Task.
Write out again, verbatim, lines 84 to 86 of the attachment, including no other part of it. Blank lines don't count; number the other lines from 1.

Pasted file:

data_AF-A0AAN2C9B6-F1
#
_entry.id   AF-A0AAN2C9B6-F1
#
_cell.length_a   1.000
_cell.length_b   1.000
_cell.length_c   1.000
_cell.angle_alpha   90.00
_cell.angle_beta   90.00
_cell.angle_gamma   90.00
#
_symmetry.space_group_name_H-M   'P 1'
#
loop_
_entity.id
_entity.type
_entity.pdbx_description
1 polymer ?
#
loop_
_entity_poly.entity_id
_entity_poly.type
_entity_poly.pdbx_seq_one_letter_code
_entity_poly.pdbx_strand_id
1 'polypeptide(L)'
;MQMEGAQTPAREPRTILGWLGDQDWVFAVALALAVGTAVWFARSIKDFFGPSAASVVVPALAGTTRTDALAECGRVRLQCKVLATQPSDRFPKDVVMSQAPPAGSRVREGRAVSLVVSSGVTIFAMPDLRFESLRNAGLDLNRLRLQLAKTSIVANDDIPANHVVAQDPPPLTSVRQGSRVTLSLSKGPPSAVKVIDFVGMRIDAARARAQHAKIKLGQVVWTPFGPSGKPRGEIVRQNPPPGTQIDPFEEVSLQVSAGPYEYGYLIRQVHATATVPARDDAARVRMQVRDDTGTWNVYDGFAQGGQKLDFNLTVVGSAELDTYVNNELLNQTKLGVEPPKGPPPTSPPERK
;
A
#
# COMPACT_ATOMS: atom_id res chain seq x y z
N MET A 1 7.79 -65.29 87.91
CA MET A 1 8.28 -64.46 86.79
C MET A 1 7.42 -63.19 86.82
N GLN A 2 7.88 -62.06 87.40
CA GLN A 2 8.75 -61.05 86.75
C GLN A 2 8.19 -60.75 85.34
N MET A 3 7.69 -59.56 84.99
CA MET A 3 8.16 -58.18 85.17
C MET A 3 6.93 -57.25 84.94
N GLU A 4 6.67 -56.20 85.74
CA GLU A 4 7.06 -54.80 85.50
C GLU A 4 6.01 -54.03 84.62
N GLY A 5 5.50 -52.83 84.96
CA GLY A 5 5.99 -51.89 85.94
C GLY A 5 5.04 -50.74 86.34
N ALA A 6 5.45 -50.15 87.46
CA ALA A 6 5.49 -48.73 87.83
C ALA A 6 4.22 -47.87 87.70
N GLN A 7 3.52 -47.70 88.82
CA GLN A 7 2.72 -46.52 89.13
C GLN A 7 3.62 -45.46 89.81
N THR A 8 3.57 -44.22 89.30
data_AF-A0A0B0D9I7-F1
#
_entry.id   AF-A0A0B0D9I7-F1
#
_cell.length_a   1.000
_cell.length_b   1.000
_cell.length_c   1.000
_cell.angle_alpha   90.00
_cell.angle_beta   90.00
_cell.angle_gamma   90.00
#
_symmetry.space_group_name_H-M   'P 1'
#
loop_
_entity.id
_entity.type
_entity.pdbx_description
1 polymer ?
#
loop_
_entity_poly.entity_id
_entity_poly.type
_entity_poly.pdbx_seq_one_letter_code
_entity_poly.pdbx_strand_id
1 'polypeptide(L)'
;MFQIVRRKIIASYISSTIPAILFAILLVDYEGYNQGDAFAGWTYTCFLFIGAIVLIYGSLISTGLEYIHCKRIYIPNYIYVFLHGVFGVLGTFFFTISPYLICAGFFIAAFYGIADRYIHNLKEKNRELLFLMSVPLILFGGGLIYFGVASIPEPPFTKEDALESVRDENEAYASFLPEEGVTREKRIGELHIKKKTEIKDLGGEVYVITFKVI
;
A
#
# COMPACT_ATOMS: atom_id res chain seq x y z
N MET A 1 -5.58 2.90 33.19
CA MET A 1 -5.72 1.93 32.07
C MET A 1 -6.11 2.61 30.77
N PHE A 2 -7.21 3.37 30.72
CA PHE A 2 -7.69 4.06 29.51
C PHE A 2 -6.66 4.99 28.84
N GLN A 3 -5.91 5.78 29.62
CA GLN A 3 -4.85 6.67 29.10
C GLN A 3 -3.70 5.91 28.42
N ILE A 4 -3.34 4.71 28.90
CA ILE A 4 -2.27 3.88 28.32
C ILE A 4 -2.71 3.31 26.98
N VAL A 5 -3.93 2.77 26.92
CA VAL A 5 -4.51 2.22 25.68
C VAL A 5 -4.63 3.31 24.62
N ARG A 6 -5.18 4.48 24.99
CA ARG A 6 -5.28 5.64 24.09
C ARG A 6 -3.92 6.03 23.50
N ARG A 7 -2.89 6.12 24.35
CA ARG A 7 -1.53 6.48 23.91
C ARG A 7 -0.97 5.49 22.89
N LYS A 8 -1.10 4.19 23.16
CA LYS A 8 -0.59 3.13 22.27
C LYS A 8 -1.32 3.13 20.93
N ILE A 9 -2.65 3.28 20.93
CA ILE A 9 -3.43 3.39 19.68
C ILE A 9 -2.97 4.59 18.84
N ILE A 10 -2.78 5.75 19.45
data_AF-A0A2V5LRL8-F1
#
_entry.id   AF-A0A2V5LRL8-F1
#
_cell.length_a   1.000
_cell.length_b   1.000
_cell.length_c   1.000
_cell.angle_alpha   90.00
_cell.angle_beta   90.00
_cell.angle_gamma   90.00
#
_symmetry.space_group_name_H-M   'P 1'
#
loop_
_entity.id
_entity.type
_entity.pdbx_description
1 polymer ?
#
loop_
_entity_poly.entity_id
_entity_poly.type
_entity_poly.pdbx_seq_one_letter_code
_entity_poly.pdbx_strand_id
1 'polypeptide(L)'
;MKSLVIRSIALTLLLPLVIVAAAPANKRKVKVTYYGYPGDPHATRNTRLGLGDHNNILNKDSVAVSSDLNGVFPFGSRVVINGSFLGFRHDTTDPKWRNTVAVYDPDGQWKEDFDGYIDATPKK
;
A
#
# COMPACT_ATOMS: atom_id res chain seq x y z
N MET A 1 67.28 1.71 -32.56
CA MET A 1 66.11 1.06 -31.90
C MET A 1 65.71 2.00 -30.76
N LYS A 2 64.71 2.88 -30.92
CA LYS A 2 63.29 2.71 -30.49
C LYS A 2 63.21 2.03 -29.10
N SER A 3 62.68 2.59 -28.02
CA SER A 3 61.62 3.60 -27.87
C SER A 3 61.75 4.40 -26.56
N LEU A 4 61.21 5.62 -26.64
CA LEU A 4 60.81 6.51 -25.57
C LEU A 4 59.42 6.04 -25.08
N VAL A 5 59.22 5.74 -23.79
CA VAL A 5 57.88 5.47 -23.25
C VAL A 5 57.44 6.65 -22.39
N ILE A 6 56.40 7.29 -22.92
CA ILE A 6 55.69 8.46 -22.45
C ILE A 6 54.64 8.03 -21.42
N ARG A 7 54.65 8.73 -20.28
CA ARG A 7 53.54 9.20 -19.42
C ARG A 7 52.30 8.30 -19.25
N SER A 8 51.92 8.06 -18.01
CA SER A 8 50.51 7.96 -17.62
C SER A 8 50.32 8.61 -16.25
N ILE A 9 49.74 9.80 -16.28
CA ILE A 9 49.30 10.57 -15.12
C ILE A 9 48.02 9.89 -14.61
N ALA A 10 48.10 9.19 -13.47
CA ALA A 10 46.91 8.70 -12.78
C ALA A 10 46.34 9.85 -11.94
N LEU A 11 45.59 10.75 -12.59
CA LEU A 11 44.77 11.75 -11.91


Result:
CA MET A 1 -5.72 1.93 32.07
C MET A 1 -6.11 2.61 30.77
N PHE A 2 -7.21 3.37 30.72